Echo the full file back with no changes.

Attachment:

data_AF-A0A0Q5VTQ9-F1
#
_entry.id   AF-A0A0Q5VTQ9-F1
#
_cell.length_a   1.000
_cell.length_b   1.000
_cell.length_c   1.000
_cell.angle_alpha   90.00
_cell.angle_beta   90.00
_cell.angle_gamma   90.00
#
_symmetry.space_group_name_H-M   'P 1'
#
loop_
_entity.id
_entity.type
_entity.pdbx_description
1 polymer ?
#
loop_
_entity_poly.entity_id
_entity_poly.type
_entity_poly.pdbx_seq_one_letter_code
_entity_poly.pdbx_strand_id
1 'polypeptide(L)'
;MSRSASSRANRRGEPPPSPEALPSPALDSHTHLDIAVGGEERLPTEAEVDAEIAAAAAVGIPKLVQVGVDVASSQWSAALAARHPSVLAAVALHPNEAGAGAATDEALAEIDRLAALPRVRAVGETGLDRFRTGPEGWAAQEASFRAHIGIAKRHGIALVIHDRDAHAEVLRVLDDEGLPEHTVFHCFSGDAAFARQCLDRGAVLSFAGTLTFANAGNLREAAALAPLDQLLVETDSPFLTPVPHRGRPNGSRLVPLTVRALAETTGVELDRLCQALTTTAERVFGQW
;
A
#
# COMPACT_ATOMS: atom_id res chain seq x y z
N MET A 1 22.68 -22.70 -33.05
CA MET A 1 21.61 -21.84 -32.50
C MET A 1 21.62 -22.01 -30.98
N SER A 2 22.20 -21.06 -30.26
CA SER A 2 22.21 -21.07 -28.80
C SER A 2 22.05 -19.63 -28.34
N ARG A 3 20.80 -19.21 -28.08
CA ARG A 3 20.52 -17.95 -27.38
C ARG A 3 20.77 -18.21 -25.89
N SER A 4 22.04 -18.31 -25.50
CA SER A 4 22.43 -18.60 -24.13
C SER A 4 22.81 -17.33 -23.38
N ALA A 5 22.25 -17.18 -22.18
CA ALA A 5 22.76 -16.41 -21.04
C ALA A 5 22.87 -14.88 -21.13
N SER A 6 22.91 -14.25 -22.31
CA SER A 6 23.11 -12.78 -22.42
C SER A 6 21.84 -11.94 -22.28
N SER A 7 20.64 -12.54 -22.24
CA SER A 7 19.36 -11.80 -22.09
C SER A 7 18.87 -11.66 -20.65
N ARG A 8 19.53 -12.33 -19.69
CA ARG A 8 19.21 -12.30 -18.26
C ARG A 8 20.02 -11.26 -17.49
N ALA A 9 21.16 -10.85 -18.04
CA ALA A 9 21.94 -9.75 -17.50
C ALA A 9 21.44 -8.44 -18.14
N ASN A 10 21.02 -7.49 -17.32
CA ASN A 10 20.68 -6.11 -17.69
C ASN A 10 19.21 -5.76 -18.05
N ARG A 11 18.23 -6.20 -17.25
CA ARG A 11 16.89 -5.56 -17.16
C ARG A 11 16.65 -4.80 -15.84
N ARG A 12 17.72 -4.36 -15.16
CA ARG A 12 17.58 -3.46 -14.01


data_AF-A0A0Q5VTQ9-F1
#
_entry.id   AF-A0A0Q5VTQ9-F1
#
_cell.length_a   1.000
_cell.length_b   1.000
_cell.length_c   1.000
_cell.angle_alpha   90.00
_cell.angle_beta   90.00
_cell.angle_gamma   90.00
#
_symmetry.space_group_name_H-M   'P 1'
#
loop_
_entity.id
_entity.type
_entity.pdbx_description
1 polymer ?
#
loop_
_entity_poly.entity_id
_entity_poly.type
_entity_poly.pdbx_seq_one_letter_code
_entity_poly.pdbx_strand_id
1 'polypeptide(L)'
;MSRSASSRANRRGEPPPSPEALPSPALDSHTHLDIAVGGEERLPTEAEVDAEIAAAAAVGIPKLVQVGVDVASSQWSAALAARHPSVLAAVALHPNEAGAGAATDEALAEIDRLAALPRVRAVGETGLDRFRTGPEGWAAQEASFRAHIGIAKRHGIALVIHDRDAHAEVLRVLDDEGLPEHTVFHCFSGDAAFARQCLDRGAVLSFAGTLTFANAGNLREAAALAPLDQLLVETDSPFLTPVPHRGRPNGSRLVPLTVRALAETTGVELDRLCQALTTTAERVFGQW
;
A
#
# COMPACT_ATOMS: atom_id res chain seq x y z
N MET A 1 22.68 -22.70 -33.05
CA MET A 1 21.61 -21.84 -32.50
C MET A 1 21.62 -22.01 -30.98
N SER A 2 22.20 -21.06 -30.26
CA SER A 2 22.21 -21.07 -28.80
C SER A 2 22.05 -19.63 -28.34
N ARG A 3 20.80 -19.21 -28.08
CA ARG A 3 20.52 -17.95 -27.38
C ARG A 3 20.77 -18.21 -25.89
N SER A 4 22.04 -18.31 -25.50
CA SER A 4 22.43 -18.60 -24.13
C SER A 4 22.81 -17.33 -23.38
N ALA A 5 22.25 -17.18 -22.18
CA ALA A 5 22.76 -16.41 -21.04
C ALA A 5 22.87 -14.88 -21.13
N SER A 6 22.91 -14.25 -22.31
CA SER A 6 23.11 -12.78 -22.42
C SER A 6 21.84 -11.94 -22.28
N SER A 7 20.64 -12.54 -22.24
CA SER A 7 19.36 -11.80 -22.09
C SER A 7 18.87 -11.66 -20.65
N ARG A 8 19.53 -12.33 -19.69
CA ARG A 8 19.21 -12.30 -18.26
C ARG A 8 20.02 -11.26 -17.49
N ALA A 9 21.16 -10.85 -18.04
CA ALA A 9 21.94 -9.75 -17.50
C ALA A 9 21.44 -8.44 -18.14
N ASN A 10 21.02 -7.49 -17.32
CA ASN A 10 20.68 -6.11 -17.69
C ASN A 10 19.21 -5.76 -18.05
N ARG A 11 18.23 -6.20 -17.25
CA ARG A 11 16.89 -5.56 -17.16
C ARG A 11 16.65 -4.80 -15.84
N ARG A 12 17.72 -4.36 -15.16
CA ARG A 12 17.58 -3.46 -14.01